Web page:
As I said last week, the Indians are a below-average defensive club, especially now that Kipnis has returned and will take playing time away from Ramirez. Lindor and Urshela are great on the left side of the infield and Almonte is strong in center, but otherwise every other regular on the roster is a below-average defender. Cleveland is one of the worst defensive clubs in baseball. They were the worst before calling up Lindor and Urshela.

Pitching Matchups

Thursday (7pm ET): RHP Ivan Nova (vs. CLE) vs. RHP Josh Tomlin (vs. NYY)
Boy do the Yankees catch a break this series. Four-game set with the Indians and they’re missing reigning Cy Young Award winner Corey Kluber, who started last night. Missed him in Cleveland last week too. Pretty great. Tomlin, 30, has missed most of the season with shoulder trouble and has made just one start since returning, holding the Twins to two runs in 6.1 innings. He had a 4.76 ERA (4.01 FIP) in 104 innings last season, with a good strikeout rate (21.1%), a great walk rate (3.1%), and well-below-average grounder (37.5%) and homer (1.56 HR/9) numbers. When healthy, Tomlin operates with an upper-80s four-seamer and mid-80s cutter — PitchFX says his velocity in his first start off the DL was in line with last year — which set up his mid-70s curveball. He’s rarely thrown his low-80s changeup since the start of last season.

Friday (7pm ET): RHP Masahiro Tanaka (vs. CLE) vs. RHP Carlos Carrasco (vs. NYY)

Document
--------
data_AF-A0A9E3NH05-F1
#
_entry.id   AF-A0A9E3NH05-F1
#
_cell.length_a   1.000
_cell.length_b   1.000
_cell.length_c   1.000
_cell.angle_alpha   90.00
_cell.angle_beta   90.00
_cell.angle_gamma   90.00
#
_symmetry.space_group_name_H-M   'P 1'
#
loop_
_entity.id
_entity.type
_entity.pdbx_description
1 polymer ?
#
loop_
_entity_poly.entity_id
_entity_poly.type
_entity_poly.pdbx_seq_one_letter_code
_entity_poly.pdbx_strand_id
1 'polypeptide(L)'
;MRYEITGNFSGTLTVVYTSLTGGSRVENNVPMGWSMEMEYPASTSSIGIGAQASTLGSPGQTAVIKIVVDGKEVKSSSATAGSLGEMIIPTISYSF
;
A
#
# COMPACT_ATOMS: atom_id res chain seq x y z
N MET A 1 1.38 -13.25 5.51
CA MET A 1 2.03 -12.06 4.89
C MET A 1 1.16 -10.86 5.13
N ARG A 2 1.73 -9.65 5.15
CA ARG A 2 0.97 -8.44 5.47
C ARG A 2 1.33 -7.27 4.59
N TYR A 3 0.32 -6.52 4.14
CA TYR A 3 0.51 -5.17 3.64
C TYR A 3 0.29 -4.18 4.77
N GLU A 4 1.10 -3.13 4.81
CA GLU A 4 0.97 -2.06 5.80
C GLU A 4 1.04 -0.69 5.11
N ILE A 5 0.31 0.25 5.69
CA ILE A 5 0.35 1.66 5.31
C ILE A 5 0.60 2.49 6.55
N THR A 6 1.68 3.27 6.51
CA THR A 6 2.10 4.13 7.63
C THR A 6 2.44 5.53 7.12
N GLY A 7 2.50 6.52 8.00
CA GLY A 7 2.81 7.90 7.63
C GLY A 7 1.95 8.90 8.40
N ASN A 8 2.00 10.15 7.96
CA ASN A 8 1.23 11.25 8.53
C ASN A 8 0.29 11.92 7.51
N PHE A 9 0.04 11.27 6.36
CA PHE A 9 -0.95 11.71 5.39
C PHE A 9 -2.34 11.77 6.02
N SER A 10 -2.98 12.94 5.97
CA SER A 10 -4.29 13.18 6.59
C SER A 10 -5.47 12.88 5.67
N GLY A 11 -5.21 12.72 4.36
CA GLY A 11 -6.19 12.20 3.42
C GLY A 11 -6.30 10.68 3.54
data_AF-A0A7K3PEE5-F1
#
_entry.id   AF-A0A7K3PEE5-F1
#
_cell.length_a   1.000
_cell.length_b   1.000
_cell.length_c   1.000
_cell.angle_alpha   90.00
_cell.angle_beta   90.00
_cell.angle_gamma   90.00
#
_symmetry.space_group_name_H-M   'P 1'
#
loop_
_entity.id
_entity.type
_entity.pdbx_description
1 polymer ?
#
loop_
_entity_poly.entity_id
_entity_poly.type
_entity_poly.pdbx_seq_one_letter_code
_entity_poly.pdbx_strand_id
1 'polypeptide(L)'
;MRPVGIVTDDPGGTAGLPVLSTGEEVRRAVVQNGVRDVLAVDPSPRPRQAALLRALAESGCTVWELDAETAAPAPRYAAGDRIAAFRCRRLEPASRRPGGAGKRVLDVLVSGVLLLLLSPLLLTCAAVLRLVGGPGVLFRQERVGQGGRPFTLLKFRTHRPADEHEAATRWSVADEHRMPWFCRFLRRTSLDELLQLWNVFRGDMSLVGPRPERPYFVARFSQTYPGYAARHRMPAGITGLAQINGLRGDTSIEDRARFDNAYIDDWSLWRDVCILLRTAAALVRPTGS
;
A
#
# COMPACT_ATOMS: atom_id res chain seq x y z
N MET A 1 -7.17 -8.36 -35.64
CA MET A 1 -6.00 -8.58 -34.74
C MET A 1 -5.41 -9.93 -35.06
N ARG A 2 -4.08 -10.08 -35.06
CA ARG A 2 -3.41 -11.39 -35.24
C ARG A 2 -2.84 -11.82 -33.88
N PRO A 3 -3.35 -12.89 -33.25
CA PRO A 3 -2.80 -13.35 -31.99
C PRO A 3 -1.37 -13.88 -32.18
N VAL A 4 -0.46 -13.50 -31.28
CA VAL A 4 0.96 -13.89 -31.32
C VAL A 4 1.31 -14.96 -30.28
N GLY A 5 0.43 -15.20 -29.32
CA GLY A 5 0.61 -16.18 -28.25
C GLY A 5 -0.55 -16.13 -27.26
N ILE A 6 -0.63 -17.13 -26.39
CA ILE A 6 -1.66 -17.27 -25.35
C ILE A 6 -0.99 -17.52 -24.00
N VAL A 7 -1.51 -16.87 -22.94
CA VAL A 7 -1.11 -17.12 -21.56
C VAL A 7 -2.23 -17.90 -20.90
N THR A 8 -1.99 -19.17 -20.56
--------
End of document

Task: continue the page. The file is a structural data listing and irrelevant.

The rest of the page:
The Yankees will miss Kluber again but they will get stuck facing Carrasco one more time. The 28-year-old has a 3.63 ERA (2.88 FIP) in 24 starts and 151.1 innings this year with phenomenal peripherals: 27.1 K%, 5.2 BB%, 50.8 GB%, and 0.83 HR/9. That’s as good as it gets. Righties (.300 wOBA) have had more success against him than lefties (.264 wOBA) both this year and last year, so the reverse split is probably not a fluke. Carrasco sits in the mid-90s with both his two and four-seam fastball and in the upper-80s with both his changeup and slider. Carrasco also throws a low-80s curveball on occasion. He throws everything hard. The Yankees scored two runs (on solo homers) in eight innings against Carrasco last week. Tough assignment.

Salazar. (Presswire)
Salazar. (Presswire)

Saturday (1pm ET): RHP Luis Severino (vs. CLE) vs. RHP Danny Salazar (vs. NYY)
Salazar, 25, is another hard-throwing Indians pitcher. He’s pitched to a 3.15 ERA (3.56 FIP) in 22 starts and 139.2 innings in 2015, and he’s done a better job neutralizing righties (.274 wOBA) than lefties (.291 wOBA). Salazar has a great strikeout rate (27.7%), a below-average homer rate (1.16 HR/9), and average-ish walk (7.3%) and grounder (44.5%) numbers. His four-seamer sits mid-90s and will touch 98-99, and his changeup is a mid-80s offering. Salazar also throws a mid-80s slider but not often, less than 10% of the time this season. The Yankees scored just one run in 7.1 innings against Salazar in the series last week.

Sunday (1pm ET): LHP CC Sabathia (vs. CLE) vs. RHP Trevor Bauer (vs. NYY)